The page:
Mel Brooks started as a comedy writer before moving on to a filmmaker in the 1960s and had his best success in the 1970s focusing mostly on parodies of genre movies. He made some of the best comedies of all time which he may be forever known as the King of Comedy and it’s good to be the king.
However, in the 1980s, he took a different approach and focused more on producing and producing more serious dramas. It’s not a hyperbole to say David Lynch more or less owes his film career to Brooks who practically gave him final cut on The Elephant Man and even told Paramount Pictures nothing was being changed.
Even though Mrs. Mel Brooks Anne Bancroft appeared in the movie, Brooks kept his name off the movie as well as Francis in 1982. But by the time he approached a Canadian director David Cronenberg to helm the remake of The Fly in 1986, he made it known he was the producer. And rumors have it that early preview audiences thought the movie was a satire and when they discovered it was a body horror flick, they went running from the theaters gagging and throwing up.
Spaceballs introduced Brooks to a new generation but his next movie as director is Life Stinks. It’s not a parody even though it seems loosely based or inspired by Sullivan’s Travels.
Brooks in his last leading role plays billionaire Goddard Bolt, who purchases half of the slums of Los Angeles with the intention of razing it and developing his own community Bolt Center. But he discovers his business rival, Vance Crasswell (Jeffrey Tambor) has bought the other half from under him and offers to buy him out.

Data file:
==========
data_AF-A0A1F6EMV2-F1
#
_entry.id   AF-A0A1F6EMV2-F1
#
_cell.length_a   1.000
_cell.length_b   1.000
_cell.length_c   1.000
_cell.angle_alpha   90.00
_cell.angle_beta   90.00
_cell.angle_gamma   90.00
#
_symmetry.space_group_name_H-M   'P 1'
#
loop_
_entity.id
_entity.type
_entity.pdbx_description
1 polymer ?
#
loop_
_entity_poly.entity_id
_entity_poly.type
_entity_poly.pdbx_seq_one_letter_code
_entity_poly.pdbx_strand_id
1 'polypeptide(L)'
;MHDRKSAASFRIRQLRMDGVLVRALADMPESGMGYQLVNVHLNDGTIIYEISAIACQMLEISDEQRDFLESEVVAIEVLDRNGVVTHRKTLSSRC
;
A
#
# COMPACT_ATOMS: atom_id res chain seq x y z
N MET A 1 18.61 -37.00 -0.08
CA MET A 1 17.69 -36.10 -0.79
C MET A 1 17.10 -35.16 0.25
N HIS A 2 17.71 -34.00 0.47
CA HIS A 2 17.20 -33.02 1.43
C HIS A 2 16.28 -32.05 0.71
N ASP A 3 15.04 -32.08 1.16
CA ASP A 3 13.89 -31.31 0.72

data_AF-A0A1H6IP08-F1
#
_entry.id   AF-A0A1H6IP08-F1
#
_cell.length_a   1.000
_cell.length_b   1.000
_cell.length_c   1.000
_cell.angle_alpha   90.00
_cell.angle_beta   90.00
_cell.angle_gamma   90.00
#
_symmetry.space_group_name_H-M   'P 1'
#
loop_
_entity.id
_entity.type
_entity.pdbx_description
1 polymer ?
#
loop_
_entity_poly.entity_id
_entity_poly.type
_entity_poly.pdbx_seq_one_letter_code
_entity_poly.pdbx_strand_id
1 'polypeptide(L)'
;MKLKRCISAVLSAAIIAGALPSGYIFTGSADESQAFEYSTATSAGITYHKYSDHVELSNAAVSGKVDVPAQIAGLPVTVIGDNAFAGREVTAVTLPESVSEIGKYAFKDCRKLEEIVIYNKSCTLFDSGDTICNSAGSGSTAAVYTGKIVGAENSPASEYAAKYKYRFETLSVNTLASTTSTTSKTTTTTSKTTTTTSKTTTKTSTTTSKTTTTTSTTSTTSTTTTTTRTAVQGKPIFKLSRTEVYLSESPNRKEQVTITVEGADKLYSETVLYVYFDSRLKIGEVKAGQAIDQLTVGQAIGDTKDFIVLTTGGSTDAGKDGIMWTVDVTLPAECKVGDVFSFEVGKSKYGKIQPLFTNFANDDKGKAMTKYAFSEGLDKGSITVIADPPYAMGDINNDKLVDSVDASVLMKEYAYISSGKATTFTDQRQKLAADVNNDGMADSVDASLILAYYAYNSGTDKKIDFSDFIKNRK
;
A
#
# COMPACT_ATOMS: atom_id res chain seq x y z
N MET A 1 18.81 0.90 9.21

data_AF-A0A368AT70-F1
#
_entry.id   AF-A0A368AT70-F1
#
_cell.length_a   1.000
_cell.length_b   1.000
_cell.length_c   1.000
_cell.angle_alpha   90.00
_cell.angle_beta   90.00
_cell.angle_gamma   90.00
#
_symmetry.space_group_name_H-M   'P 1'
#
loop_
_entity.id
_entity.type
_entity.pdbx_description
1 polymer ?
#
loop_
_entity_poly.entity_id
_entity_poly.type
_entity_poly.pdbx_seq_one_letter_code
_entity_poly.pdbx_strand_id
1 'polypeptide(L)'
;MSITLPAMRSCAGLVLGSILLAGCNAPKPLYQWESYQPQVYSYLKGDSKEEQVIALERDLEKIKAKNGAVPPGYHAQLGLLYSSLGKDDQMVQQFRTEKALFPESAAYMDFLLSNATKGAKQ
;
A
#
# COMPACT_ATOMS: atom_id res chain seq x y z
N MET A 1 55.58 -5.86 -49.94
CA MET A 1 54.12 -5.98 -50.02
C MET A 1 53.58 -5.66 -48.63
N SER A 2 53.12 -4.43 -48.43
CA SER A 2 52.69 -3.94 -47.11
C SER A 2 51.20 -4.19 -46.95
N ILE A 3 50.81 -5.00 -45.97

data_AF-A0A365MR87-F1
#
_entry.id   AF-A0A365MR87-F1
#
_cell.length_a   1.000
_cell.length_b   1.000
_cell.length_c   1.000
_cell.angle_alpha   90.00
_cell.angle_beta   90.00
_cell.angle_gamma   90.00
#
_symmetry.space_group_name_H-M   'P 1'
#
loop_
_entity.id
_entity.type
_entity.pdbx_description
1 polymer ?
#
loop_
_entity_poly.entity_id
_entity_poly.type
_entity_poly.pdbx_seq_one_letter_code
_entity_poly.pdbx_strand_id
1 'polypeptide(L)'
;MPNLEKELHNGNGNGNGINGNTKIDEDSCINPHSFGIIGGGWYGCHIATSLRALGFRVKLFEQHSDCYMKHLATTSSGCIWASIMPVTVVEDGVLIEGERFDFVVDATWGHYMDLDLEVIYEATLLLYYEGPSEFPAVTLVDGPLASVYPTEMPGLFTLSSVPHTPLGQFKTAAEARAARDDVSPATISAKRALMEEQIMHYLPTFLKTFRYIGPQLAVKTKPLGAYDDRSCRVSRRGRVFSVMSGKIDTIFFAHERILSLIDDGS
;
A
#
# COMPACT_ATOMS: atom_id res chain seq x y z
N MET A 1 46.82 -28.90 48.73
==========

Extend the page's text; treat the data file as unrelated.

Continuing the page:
As a stand-off, Bolt is suckered into a bet after Crasswell says he grew up in the slums and has become a self-made rich man. Bolt arrogantly says he can live in the slums for 30 days without any money or credit cards and without revealing who he really is.
With an ankle monitor, he is left alone, but soon finds it’s difficult with comic results. Trying to sleep on a stoop behind a building, he is pushed into a dumpster when the door opens. He tries to sleep in a drain pipe, but a bunch of rats coming rushing toward him.
He meets another bum, Sailor (Howard Morris), who urinates on him as he sleeps. Later, he is saved from two drug-dealing thugs by Molly (Lesley Ann Warren) who lives in a back alley and may be a little deranged. Molly knows Sailor and Bolt or as Sailor calls him “Pepto” finds another friend in Fumes (Teddy Wilson) as they deal with life on the streets.
The events are comical but also sad when they are unable to get into a shelter on a rainy night as the streets flood. They are later forced to find a place in a lot with abandoned junk. It’s here where the movie takes a more dramatic turn as Sailor leaves to go to a clinic but dies on the street. Bolt finds the body but is shocked to see how property owners of nearby businesses treat him and Sailor who they say are “just bums.” Even the paramedics who arrive to load up Sailor feel that since he was homeless, no autopsy needs to be performed and they’re just going to take him to the morgue.
This is a change for Brooks as most of his movies didn’t rely on such serious moments, but it’s necessary for Bolt to see that the people he never paid attention to were more willing to help him than business owners that exploit them. A cheap motel offering rooms to rent is just an open room with cheap beds. A Mexican restaurant stand owner yells at Bolt for loitering. When the thugs burn down Molly’s personal items, the nearby residents don’t call the fire department because “it’s all a bunch of junk.”